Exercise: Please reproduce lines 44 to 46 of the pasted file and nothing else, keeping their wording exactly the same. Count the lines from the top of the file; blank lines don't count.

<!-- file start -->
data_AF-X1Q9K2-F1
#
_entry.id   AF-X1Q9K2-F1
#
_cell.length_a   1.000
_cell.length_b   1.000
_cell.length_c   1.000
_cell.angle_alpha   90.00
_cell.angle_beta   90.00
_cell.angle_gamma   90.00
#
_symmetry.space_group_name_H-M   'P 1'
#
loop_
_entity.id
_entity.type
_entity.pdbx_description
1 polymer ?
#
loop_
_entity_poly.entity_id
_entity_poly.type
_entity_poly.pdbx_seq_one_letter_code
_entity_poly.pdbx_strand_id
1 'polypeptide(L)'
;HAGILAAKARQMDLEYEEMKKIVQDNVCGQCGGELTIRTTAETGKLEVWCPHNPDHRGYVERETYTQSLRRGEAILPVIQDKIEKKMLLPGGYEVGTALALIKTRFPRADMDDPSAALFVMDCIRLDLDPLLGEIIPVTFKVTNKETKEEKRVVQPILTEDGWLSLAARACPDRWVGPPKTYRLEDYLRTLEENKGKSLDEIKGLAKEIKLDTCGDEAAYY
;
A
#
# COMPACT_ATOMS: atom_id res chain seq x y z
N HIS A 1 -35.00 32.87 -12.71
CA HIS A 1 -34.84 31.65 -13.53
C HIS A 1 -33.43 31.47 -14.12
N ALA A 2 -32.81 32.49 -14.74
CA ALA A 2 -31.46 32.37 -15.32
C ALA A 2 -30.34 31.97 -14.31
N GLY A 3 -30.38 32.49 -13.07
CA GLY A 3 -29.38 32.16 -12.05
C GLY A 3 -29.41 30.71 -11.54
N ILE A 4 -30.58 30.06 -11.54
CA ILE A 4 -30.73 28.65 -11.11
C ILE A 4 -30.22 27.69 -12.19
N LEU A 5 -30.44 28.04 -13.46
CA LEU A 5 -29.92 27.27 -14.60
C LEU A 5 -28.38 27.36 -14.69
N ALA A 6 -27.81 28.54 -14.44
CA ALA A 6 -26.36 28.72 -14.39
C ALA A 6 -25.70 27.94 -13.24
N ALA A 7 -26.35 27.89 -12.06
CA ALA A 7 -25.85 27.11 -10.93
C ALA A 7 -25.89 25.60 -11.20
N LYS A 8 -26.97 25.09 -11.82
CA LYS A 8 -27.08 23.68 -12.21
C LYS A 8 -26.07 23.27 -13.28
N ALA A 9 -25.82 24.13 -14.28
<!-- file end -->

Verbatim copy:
CA LEU A 5 -29.92 27.27 -14.60
C LEU A 5 -28.38 27.36 -14.69
N ALA A 6 -27.81 28.54 -14.44